imagination

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imagination

[imaj′inā′shən]
Etymology: L, imaginare, picture to oneself
1 the ability to form, or the act or process of forming, mental images or conscious concepts of things that are not immediately available to the senses.
2 (in psychology) the ability to reproduce images or ideas stored in the memory by the stimulation or suggestion of associated ideas or to regroup former ideas and concepts to form new images and ideas concerned with a particular goal or problem. See also fantasy.

imagination

[L. imago, likeness]
The formation of mental images of things, persons, or situations that are wholly or partially different from those previously known or experienced.
References in periodicals archive ?
Who: Imagination, a global leader in multimedia, processor, communication and cloud technologies
Critique: Informed and informative, thoughtful and thought-provoking, as exceptionally well written as it is insightful, "The Surprising Imagination of C.
A new approach to ecological education: Engaging student's imaginations in their world.
Imagination is defined as "the ability to form new images and sensations in the mind that are not perceived through senses such as sight, hearing, or other senses" (Wikipedia).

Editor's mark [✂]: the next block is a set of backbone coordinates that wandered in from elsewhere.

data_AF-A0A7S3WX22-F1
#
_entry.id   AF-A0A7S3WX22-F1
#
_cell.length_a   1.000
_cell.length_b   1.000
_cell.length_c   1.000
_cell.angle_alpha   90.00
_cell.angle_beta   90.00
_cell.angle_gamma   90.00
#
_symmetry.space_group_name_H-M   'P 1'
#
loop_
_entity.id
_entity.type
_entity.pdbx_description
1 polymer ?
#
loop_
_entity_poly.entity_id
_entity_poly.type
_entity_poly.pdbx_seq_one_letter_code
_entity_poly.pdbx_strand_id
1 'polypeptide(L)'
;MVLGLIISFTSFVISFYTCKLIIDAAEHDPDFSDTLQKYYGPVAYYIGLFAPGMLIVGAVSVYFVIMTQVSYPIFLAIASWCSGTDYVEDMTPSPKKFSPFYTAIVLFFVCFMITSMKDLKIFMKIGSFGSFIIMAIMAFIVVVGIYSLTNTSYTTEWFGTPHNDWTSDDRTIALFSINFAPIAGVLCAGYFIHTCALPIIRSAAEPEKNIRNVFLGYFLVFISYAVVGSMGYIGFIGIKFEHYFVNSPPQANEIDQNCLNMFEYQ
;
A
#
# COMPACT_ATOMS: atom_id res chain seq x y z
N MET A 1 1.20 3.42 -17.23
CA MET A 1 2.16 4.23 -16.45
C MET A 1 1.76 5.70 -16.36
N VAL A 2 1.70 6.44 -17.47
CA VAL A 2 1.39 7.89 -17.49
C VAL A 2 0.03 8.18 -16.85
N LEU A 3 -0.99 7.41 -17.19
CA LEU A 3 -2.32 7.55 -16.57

Each Einstein in a Box gives children the opportunity to engage their imaginations, apply critical thinking, and most importantly, have fun while learning.
Teaching and Learning Outside the Box: Inspiring Imagination Across the Curriculum
The stress of chronic illness spontaneously jolts children's imaginations, says cultural psychologist Cindy Dell Clark of Pennsylvania State University in Media.
My goal in both places has been to challenge students to rethink their assumptions about nature and their relations to it, their "environmental imaginations.
Why is it important for us, our school, our communities, and out countries to foster children's imaginations and creativity?
We should let our imaginations loose, which will open up both ourselves and our people to the experience of the living Word and the living Christ.
Instead of words and images, smudges, erasures, chance drippings, scribbles, tangled and incomplete forms, contrasts of shadow and light tease our imaginations.